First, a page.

First Look: 2011 BMW 5-Series
The technology-laden sixth edition of the BMW 5 Series sedan is perhaps the finest distillation of all that makes enthusiasts love BMWs as driver's cars, incorporating as it does myriad features intended to improve both its environmental credentials and its sporting performance qualities. Indeed, model for model, every new 5 will surpass the ability of its immediate predecessor, whether powered by gasoline or diesel fuel. Even more important, it's a good-looking machine, with beautifully refined surfaces, elegant detailing and, above all, no "funny stuff." No flame surfaces, no sow-belly side treatments, no awkward bustle back, nothing to cause a paroxysm of apoplectic fury in potential clients.
There is a reassuring classicism in the flowing lines, the artfully shaped cut lines that are part of the graphic composition, and the longer hood, managed despite reduced front overhang. The wheelbase is longer, the overhangs shorter and there is more legroom in the rear seats. One of the nicest little touches not seen before is coat hooks on the rear side of the B pillars, ideal for a driver to hang his jacket out of the way of passengers yet readily reachable. That may not be as important as the energy saving use of a clutch on the alternator so it charges only while the car is decelerating or under braking, but it is indicative of the thoroughness with which every major or minor detail is treated.
The long elegant coupe-like roof does not ape the Mercedes CLS or VW Passat CC that gain sporty profiles by reducing rear headroom. The 5 cabin is spacious to the point that the new car may well attract some former 7 Series clients, especially those who choose the shorter wheelbase model. In fact, the new 5 Series was developed in parallel with the 7, and incorporates many of the same components, including the complete suspension systems front and rear. Control arms are aluminum, as are the brake disc hub sections, part of a serious weight reduction effort that includes light alloy for all the movable panels, hood, doors and rear deck.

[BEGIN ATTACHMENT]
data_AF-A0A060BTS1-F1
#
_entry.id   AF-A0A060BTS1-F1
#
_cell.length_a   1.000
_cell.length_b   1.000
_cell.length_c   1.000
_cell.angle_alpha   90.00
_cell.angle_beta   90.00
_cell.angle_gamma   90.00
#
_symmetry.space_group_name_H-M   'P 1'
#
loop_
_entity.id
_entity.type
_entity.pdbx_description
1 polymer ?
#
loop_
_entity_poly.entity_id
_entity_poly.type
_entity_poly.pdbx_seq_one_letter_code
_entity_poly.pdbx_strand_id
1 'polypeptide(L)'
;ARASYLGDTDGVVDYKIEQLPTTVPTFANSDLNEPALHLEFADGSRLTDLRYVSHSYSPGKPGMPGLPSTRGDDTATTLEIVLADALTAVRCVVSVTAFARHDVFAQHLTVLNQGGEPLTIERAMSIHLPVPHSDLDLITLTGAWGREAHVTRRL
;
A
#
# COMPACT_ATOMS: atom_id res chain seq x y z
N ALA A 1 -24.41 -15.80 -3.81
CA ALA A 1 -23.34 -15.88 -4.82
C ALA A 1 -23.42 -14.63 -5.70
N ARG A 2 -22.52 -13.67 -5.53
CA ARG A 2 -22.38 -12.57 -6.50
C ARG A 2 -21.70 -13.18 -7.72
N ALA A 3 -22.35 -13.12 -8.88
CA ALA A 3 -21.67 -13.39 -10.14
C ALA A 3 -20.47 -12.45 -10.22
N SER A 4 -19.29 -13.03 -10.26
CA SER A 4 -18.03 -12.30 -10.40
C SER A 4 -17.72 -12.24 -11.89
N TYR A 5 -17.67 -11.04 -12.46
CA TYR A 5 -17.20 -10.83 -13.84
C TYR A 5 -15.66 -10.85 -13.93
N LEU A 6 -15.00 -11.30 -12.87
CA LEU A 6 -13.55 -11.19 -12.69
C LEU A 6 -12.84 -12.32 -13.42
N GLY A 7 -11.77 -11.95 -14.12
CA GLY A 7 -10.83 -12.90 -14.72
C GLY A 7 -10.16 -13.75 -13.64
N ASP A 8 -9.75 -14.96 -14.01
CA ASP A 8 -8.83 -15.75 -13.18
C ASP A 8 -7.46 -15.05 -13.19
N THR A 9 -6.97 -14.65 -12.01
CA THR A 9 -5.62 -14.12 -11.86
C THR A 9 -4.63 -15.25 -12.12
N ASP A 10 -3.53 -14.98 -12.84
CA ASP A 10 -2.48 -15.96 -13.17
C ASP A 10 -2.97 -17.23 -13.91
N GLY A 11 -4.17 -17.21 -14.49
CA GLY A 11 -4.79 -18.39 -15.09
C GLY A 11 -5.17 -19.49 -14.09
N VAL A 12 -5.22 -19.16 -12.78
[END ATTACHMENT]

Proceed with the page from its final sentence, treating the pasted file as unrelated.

Within the dimensional envelope of the former six-speed automatic gearbox BMW and ZF engineers have managed to insert eight, with a broader ratio range than before, and with fuel-saving direct drive in eighth. The gearbox can lock up the torque converter more often for even more savings, and its electronic and mechanical systems are clever enough to allow changes down from eighth to second for hard acceleration without passing through intermediate ratios. For the moment, the US gets the new V-8 with twin turbochargers and the catalytic converter in the vee between banks and a new turbocharged inline six with direct injection and variable cam timing. Both are more powerful and cleaner than those in the current E 60 Fives.
With all the options, a 550i will definitely be in the luxury class. But so will the person who buys one. This is one fine sports sedan.